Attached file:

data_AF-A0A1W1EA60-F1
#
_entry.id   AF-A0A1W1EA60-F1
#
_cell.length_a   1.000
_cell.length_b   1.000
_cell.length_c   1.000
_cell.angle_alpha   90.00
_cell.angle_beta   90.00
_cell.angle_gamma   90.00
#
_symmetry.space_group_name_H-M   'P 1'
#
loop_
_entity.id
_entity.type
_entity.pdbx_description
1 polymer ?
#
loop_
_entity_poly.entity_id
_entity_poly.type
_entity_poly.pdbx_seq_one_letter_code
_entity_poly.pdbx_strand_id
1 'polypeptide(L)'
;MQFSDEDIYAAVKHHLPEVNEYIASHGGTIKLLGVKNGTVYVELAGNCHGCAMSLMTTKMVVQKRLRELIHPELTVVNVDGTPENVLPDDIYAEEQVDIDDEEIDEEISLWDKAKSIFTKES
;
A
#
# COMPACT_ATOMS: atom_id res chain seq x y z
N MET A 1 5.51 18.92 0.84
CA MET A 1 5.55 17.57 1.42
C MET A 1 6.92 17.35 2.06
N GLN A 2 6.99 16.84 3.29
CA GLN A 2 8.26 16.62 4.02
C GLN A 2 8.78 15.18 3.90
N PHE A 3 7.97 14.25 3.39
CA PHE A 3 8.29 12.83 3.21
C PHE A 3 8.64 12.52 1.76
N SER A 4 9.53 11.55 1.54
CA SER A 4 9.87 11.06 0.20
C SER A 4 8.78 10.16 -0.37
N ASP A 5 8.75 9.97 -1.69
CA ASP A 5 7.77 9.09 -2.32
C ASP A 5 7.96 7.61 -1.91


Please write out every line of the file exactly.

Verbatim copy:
data_AF-A0A1W1EA60-F1
#
_entry.id   AF-A0A1W1EA60-F1
#
_cell.length_a   1.000
_cell.length_b   1.000
_cell.length_c   1.000
_cell.angle_alpha   90.00
_cell.angle_beta   90.00
_cell.angle_gamma   90.00
#
_symmetry.space_group_name_H-M   'P 1'
#
loop_
_entity.id
_entity.type
_entity.pdbx_description
1 polymer ?
#
loop_
_entity_poly.entity_id
_entity_poly.type
_entity_poly.pdbx_seq_one_letter_code
_entity_poly.pdbx_strand_id
1 'polypeptide(L)'
;MQFSDEDIYAAVKHHLPEVNEYIASHGGTIKLLGVKNGTVYVELAGNCHGCAMSLMTTKMVVQKRLRELIHPELTVVNVDGTPENVLPDDIYAEEQVDIDDEEIDEEISLWDKAKSIFTKES
;
A
#
# COMPACT_ATOMS: atom_id res chain seq x y z
N MET A 1 5.51 18.92 0.84
CA MET A 1 5.55 17.57 1.42
C MET A 1 6.92 17.35 2.06
N GLN A 2 6.99 16.84 3.29
CA GLN A 2 8.26 16.62 4.02
C GLN A 2 8.78 15.18 3.90
N PHE A 3 7.97 14.25 3.39
CA PHE A 3 8.29 12.83 3.21
C PHE A 3 8.64 12.52 1.76
N SER A 4 9.53 11.55 1.54
CA SER A 4 9.87 11.06 0.20
C SER A 4 8.78 10.16 -0.37
N ASP A 5 8.75 9.97 -1.69
CA ASP A 5 7.77 9.09 -2.32
C ASP A 5 7.96 7.61 -1.91